Winona has been home to many peoples ever since the first Native Americans hunted mammoths and mastodons 12,000 years ago. The Dakota and Ho-Chunk lived here until the 1850s. The Dakota called it "Keoxa," or homeland. Their word "wenonah" means "first-born daughter."
Sawmills drove Winona's first economic boom from the 1850s to 1900, as huge pine log rafts floated downriver from northern Wisconsin. German, Polish and Irish immigrants powered the prosperity of the era, which can be seen in the varied architecture of the city — homes, churches, the courthouse and commercial buildings downtown. Winona's architecture is regarded as the most interesting between Galena, Ill., and St. Paul, Minn.
Winona is rich in public land, largely due to the contributions of a successful wholesale grocer, John A. Latsch, Jr. (1860-1934). After he was refused shelter by a private landowner while canoeing on the river during a rainstorm, he bought 18,000 acres of river bottom and bluffland, and gave it all to two states, several cities and the federal government in the 1920s, so open spaces along the river would remain open for people to enjoy.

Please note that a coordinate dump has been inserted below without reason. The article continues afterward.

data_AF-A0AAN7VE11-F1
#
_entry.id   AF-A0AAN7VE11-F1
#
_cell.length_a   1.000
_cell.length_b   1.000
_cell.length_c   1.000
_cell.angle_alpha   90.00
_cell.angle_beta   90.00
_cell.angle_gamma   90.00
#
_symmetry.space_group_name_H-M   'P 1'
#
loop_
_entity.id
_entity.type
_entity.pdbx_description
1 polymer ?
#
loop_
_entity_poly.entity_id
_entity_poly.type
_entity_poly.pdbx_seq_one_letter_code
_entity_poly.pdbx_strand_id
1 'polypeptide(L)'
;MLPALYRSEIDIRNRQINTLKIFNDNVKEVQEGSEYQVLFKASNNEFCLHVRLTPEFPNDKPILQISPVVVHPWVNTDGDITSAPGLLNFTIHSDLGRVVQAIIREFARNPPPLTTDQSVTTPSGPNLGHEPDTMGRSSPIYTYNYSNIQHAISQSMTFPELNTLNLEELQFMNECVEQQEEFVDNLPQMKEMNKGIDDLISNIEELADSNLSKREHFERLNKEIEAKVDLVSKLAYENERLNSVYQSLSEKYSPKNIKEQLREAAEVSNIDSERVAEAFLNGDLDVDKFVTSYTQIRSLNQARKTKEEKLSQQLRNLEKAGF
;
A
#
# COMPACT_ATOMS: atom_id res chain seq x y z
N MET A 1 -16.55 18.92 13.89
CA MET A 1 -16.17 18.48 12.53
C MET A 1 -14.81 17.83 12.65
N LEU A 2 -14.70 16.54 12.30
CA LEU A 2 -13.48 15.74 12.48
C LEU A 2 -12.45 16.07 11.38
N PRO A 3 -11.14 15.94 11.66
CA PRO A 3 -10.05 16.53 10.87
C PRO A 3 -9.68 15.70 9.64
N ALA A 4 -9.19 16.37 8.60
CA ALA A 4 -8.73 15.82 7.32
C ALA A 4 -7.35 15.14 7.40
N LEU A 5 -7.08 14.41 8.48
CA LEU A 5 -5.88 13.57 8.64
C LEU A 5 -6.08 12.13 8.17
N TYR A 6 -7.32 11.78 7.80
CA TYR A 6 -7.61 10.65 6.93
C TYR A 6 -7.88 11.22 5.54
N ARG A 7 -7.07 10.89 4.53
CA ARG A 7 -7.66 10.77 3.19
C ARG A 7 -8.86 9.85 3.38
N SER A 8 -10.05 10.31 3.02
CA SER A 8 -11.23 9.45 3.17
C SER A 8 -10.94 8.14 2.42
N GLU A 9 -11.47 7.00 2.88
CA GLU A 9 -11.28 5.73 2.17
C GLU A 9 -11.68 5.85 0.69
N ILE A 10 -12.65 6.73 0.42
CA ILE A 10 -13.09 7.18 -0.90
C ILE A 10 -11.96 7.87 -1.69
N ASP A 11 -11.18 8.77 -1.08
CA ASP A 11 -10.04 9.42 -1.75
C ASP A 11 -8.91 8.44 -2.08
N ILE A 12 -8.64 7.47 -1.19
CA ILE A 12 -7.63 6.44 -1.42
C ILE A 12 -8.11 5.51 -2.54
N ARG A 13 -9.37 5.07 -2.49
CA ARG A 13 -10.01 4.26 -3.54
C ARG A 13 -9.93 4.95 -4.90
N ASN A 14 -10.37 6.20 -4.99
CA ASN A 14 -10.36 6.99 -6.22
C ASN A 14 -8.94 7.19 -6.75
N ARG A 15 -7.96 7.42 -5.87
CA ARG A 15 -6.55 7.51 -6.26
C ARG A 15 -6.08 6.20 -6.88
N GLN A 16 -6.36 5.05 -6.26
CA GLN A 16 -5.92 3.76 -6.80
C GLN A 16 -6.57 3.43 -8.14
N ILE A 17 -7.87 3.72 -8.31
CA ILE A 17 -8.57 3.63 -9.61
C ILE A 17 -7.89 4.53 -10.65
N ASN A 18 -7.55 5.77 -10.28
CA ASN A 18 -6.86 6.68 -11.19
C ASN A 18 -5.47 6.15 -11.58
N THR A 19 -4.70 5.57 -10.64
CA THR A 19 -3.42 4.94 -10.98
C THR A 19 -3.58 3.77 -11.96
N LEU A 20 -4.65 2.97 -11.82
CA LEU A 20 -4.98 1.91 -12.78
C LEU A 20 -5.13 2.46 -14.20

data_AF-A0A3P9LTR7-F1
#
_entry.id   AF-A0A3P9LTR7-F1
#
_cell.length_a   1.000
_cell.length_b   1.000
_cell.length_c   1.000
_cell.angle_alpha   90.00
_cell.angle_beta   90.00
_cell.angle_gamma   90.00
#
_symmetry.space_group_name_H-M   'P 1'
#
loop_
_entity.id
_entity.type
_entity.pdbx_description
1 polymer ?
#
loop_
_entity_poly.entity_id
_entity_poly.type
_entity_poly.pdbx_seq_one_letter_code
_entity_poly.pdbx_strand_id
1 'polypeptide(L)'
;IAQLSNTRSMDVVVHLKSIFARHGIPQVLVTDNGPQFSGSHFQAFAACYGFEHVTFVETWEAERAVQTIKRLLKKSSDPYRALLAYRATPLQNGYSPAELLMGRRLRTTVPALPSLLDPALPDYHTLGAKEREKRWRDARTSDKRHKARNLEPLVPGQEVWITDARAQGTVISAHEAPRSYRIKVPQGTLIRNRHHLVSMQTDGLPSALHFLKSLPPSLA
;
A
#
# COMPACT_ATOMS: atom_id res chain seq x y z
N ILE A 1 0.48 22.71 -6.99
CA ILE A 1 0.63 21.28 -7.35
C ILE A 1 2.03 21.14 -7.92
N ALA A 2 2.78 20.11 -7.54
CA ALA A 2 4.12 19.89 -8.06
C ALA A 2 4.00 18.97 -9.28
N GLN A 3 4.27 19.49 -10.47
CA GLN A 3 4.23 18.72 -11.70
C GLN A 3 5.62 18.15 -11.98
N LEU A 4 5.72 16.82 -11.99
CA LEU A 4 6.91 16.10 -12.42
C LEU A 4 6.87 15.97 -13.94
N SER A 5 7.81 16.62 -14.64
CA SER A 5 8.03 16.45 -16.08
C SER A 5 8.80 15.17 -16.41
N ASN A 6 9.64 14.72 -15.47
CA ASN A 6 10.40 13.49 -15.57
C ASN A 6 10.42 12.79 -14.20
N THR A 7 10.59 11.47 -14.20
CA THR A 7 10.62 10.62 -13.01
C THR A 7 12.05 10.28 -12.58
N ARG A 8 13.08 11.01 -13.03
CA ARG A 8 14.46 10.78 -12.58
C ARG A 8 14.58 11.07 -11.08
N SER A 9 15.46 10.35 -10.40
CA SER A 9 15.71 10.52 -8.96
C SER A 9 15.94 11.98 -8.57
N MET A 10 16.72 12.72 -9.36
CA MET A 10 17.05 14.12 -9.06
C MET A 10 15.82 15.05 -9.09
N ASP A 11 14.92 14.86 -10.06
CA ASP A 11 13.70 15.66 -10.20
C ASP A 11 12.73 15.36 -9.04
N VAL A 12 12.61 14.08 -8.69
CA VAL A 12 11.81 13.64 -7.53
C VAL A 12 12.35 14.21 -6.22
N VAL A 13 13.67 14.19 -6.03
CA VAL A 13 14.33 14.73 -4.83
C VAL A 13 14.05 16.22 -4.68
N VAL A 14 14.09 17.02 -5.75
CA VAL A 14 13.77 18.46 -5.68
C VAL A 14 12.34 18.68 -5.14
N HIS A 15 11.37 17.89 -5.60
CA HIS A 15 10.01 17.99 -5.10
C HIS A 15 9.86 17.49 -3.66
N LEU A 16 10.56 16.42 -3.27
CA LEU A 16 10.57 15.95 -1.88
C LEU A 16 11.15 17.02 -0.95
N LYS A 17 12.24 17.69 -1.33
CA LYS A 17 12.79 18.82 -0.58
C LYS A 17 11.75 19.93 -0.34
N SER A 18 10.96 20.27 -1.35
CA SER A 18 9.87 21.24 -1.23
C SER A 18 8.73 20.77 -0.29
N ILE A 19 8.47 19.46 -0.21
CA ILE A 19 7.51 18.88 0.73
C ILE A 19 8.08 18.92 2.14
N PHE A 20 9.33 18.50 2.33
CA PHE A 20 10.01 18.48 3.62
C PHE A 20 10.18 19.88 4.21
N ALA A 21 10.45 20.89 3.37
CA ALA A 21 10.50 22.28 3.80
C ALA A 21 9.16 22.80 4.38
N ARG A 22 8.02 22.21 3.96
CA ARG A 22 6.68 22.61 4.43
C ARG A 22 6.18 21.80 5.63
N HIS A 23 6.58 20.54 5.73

The first teachers' college west of the Mississippi was established in Winona in 1858. It became the nucleus for Winona State University. Winona is also the home of Saint Mary's University of Minnesota and Minnesota State College-Southeast Technical.
Panel created with generous support from: Winona State University — A Community of Learners Dedicated to Improving Our World · Elizabeth Callender King Foundation · The Jefferson Family · The John Latsch Board · The Winona Community Foundation.